Preparing to write your will is a daunting prospect and it involves a lot of time and consideration. It can’t be a decision made on a whim, it requires you to think long term and carefully prioritise how you assign your valuables, such as property and heirlooms.
Due to the significance that comes with this document, here at Flackwoods we aim to offer a guiding hand to ensure your will is an accurate reflection of how you would like to deal with your most important assets.
You can now use our guide to the top five things to think about when preparing to write your will.
1. Guardianship of children
Many people will decide to write their will after the birth of a child. In doing this you are securing your wishes for the future of your children if you and your partner are no longer around.
If you have young children, one of the things you must do in your will is nominate another person to care for them until they are legally adults.
There are a few things that you should consider when choosing a guardian for your children:
- Consider who your children have close bonds with, a family member or friend
- The similarities of your lifestyle and religious views
- Their location and whether this would impact your children’s lifestyle in anyway
- Can they handle it, physically, financially and emotionally?
- You can also include your personal wishes for your children such as where they should reside, who they should see, type of education and even more minor details such as pocket money. All of this information can be stored with the will for access by the guardians.
The next thing to think about is listing your assets. Noting your assets down in categories is advised and annotating each item with the approximate value could also be beneficial.
If you own significant assets, such as a house, additional properties or cars correctly identify whether you own this assets independently or with someone else. Make sure you also know where your certificate of title for your house is, missing or lost titles are expensive to replace after someone passes away.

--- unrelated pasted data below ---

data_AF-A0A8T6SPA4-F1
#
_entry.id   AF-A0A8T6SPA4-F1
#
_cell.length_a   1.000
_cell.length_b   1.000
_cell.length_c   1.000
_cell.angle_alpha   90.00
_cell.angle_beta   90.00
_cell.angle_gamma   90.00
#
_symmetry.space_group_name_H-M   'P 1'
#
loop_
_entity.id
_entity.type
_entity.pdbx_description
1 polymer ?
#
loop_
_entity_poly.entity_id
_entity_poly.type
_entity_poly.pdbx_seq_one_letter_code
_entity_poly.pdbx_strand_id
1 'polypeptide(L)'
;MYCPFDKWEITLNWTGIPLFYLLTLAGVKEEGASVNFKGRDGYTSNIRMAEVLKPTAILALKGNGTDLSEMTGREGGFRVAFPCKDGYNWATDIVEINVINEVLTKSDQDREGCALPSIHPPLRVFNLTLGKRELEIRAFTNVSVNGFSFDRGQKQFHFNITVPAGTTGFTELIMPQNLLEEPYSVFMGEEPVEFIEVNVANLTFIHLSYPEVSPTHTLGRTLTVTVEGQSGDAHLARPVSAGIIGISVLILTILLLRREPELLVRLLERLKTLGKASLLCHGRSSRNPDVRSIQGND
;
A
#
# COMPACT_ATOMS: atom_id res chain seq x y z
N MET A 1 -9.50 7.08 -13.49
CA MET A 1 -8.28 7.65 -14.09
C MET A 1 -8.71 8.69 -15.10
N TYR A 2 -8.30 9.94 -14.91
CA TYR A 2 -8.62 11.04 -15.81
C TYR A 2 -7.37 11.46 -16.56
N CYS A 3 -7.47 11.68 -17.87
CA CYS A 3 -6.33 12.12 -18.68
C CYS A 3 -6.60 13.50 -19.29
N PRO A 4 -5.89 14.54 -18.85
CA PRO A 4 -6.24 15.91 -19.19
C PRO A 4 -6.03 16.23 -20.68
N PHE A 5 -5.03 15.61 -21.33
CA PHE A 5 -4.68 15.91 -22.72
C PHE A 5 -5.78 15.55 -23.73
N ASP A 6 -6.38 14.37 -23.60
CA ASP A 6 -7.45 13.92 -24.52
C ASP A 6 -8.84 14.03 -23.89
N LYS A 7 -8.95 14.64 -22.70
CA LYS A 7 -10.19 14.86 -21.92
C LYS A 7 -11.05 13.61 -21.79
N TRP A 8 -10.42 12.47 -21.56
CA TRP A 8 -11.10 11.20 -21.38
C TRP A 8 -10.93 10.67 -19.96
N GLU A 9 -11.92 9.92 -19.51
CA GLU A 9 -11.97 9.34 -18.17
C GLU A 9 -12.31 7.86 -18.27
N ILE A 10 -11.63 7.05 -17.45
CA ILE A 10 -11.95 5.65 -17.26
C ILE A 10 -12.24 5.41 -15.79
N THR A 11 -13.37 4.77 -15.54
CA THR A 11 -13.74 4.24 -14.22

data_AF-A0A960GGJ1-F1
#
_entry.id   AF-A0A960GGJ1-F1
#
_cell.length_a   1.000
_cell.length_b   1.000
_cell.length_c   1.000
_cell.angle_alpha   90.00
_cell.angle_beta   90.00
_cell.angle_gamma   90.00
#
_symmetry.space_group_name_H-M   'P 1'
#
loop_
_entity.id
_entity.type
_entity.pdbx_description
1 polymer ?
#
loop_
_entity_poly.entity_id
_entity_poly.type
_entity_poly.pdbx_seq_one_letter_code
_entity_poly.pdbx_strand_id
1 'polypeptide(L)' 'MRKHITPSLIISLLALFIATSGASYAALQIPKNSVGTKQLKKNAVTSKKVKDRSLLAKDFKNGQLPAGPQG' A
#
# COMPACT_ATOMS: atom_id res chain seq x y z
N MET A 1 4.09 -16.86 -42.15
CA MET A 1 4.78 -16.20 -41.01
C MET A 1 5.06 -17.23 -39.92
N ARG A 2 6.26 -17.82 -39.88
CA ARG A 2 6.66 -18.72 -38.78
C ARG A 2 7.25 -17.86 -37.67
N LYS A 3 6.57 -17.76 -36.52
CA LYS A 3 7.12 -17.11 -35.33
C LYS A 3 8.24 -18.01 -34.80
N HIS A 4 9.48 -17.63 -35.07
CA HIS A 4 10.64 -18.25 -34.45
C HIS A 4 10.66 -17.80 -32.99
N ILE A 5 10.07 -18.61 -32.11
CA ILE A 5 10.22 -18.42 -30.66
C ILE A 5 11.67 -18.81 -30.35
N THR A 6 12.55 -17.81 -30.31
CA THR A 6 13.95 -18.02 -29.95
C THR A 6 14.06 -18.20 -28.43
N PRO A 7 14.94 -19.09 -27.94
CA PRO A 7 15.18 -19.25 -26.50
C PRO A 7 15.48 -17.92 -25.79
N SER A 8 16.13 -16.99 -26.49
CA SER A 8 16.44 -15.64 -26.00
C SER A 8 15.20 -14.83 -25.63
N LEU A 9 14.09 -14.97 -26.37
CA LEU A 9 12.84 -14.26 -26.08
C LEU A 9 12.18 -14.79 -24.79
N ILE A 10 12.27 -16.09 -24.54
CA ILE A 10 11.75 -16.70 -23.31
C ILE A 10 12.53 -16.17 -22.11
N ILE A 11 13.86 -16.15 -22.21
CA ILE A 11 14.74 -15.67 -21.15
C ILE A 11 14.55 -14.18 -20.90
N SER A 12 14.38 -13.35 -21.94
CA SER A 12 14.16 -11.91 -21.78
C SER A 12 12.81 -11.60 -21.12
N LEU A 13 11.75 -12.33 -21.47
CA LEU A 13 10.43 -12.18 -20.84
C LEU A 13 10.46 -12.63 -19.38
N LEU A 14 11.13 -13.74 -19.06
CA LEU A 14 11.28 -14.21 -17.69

3. Appointing an executor
Your executor is a person or organisation appointed by you to carry out all of your final wishes after you’ve passed away. Pick carefully because your executor becomes responsible for managing all of your estate. Generally if you are appointing an individual it is advised you choose someone who is a named beneficiary of the estate or not and weigh up the pros and cons of doing so. You can read more about what an executor of a will does here.
Beneficiaries are the persons, charities or organisations that you wish to benefit from your will. You may want them to receive specific gifts or share in your residuary estate.
A person of any age can be a beneficiary and items, assets or money can form part of a beneficiary’s entitlement.
5. How you write your will.
There’s a wide variety of websites that offer programmes and tools for do-it-yourself wills, however few people have a financial situation that’s so simple that they don’t need a lawyer. These ‘write it yourself’ wills may seem cost effective and time savvy but they are often not signed and finalised correctly. This is your whole life’s worth, so it needs to be precise and legitimate.
To avoid mistakes, reduce tax payments and potentially save your family money down the road, it is advised that you use a solicitor. Flackwoods offer a will writing service that ensures you make an informed and reasoned decision as to how to provide for your family and friends following your death. We do not just write your Will, we give you professional qualified legal advice as part of a full service.